Odds are you thought of Cape Cod; that sandy crook of land that corrals Cape Cod Bay and all of the stripers, blues and other fish that swim in her waters.
But what about the Bay State's Shawmut Peninsula? Ever heard of it? Well, if you live in, work in or have visited Boston, you've more than likely walked all over it.
Boston - 1630
When Puritan colonists founded Boston in 1630, the landmass the colonists occupied had a remarkably different shape from the Boston we're familiar with today. Known as the Shawmut Peninsula, the landmass had a slew of natural bays surrounding its perimeter and a narrow neck, or isthmus, connecting it to the mainland. Take a closer look at the map above, courtesy of the Boston history and architecture website, iBoston. Notice anything missing? Move on to a more recent time...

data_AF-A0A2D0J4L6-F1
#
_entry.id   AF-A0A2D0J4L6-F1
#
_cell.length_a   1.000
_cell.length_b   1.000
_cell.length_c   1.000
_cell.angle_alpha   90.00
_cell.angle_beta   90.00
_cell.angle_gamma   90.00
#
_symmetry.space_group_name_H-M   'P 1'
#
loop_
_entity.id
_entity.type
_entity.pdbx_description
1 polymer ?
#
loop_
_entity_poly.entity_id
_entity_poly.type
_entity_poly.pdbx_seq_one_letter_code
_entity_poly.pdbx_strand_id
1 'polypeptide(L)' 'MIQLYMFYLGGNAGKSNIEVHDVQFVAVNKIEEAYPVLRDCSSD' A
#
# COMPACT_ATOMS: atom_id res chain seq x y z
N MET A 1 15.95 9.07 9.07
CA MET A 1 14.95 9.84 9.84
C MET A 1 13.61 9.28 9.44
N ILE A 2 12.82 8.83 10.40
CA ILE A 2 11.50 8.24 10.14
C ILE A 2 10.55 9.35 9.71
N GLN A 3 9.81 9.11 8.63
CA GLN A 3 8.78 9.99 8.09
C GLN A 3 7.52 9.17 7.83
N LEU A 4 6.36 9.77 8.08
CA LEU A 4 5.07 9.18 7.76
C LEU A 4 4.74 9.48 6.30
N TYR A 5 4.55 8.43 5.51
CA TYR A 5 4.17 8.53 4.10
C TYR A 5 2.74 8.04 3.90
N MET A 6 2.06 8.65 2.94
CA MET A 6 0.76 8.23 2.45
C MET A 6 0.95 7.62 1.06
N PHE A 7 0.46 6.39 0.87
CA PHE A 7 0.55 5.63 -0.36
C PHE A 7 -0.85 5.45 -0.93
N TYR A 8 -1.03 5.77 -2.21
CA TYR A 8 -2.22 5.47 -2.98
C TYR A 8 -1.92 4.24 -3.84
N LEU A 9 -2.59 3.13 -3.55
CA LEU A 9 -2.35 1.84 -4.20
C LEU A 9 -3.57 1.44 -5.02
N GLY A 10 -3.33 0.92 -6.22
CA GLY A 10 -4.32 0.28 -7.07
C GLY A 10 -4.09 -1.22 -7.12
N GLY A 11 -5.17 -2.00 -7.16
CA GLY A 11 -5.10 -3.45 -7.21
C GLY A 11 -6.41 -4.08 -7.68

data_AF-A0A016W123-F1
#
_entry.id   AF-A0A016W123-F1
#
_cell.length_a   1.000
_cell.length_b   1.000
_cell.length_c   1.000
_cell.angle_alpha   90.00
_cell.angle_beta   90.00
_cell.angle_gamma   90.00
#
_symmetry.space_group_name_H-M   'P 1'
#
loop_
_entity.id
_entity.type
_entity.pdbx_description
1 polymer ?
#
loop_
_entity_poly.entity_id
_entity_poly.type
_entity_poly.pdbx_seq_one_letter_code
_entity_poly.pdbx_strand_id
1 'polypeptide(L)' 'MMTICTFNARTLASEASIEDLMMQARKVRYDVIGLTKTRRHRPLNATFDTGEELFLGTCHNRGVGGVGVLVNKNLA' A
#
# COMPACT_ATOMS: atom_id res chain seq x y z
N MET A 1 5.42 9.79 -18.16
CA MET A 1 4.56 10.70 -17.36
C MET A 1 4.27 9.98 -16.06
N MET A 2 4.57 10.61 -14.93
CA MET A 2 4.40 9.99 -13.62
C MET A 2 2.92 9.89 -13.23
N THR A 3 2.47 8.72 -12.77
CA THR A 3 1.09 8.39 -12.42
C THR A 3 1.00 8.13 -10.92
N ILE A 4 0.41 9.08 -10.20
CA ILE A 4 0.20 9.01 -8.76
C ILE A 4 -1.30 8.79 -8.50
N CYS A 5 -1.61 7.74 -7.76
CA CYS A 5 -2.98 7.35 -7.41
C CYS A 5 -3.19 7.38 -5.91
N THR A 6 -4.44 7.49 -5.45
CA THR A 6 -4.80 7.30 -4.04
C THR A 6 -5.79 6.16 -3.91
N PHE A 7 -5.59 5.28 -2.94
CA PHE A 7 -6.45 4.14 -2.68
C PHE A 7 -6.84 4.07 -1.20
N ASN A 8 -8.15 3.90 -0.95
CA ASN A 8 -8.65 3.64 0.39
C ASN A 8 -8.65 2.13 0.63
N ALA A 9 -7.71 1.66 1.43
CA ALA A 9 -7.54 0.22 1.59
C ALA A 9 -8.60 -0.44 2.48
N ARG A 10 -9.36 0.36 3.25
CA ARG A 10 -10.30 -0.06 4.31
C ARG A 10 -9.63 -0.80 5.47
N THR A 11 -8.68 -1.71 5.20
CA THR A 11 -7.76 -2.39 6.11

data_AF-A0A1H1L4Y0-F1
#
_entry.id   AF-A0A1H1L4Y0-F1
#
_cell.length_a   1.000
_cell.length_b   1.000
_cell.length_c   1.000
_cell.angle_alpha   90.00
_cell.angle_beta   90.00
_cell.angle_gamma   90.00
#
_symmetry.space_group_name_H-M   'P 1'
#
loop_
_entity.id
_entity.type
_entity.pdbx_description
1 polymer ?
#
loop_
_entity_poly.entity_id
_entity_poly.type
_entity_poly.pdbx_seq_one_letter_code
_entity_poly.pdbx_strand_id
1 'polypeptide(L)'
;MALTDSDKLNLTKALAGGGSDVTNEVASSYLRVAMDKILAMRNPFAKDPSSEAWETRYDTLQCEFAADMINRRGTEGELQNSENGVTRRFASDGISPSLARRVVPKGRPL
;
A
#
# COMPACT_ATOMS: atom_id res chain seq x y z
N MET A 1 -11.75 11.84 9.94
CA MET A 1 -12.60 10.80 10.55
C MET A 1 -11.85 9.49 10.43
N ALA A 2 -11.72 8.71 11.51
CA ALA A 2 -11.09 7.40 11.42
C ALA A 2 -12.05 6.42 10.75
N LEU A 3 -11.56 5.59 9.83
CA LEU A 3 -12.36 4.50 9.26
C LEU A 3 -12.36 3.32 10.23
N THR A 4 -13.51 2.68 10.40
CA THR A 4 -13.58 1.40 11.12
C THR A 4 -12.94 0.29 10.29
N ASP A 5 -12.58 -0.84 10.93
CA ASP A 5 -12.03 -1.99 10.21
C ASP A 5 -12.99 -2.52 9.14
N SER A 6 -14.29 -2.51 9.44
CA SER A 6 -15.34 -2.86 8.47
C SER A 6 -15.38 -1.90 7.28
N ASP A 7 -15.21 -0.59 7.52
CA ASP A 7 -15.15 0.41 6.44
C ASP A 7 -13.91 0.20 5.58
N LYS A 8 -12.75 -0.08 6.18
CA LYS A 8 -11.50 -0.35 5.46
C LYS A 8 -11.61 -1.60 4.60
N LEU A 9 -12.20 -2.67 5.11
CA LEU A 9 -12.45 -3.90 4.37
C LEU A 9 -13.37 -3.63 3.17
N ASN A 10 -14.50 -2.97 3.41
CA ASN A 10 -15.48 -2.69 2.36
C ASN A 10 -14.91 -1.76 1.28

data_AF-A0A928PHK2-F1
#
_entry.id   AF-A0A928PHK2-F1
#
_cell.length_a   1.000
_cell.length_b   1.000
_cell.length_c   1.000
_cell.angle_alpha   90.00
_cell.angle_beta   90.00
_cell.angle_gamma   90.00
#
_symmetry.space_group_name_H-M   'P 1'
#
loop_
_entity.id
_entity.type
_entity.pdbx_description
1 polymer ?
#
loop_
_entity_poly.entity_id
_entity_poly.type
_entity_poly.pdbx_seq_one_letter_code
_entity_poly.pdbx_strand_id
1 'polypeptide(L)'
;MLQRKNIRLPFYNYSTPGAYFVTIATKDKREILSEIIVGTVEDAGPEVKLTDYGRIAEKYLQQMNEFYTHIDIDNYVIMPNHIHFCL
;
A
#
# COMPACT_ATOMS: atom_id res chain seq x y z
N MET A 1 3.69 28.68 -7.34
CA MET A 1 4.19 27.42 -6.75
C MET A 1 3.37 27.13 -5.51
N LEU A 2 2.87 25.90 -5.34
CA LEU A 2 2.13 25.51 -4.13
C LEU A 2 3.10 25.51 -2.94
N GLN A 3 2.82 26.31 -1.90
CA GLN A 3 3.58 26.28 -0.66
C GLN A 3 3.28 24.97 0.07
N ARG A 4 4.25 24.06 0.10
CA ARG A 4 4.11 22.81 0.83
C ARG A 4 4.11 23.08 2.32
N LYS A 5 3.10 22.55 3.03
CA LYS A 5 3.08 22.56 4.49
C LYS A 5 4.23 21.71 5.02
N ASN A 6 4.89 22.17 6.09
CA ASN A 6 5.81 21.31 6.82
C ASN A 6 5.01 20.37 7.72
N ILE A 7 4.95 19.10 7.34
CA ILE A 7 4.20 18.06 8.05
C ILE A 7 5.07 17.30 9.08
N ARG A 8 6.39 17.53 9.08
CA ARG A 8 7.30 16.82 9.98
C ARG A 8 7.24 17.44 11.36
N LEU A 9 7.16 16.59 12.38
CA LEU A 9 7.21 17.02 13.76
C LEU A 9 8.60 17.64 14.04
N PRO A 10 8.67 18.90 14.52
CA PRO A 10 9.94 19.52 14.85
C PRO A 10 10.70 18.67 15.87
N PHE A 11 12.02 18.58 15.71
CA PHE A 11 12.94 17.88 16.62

Boston - 1830
200 years after the founding of Boston, Bostonians made the first substantial change to the shape of the Shawmut Peninsula when they filled in Mill Pond. Today, this filled-in area of the Hub comprises Bulfinch Triangle.
By 1845, Bostonians had made two more substantial changes to the Hub. While South Cove and Great Cove were once small, sheltered bays, they are now filled-in areas of coastal land. Hey, wait a second, those 19th century Bostonians filled in the historic spot of the Boston Tea Party! But, in their defense, they also gave us a great location for the New England Aquarium.
Boston - 1865
Boston, 1865. Bostonians have filled in another cove, West Cove, again altering the natural shape of the Shawmut. Today, the former cove is home to much of Boston's notably Italian North End neighborhood.
Boston - 1890
With a size of 570 acres, Boston's Back Bay is larger than the original Shawmut Peninsula, which was only 487 acres before Bostonians began filling up the Hub. Today, Back Bay is home to several prominent Boston landmarks, including the Boston Public Library, the Pru (the Prudential Tower/Building) and Boston's tallest building, the Hancock (Hancock Place/The John Hancock Tower).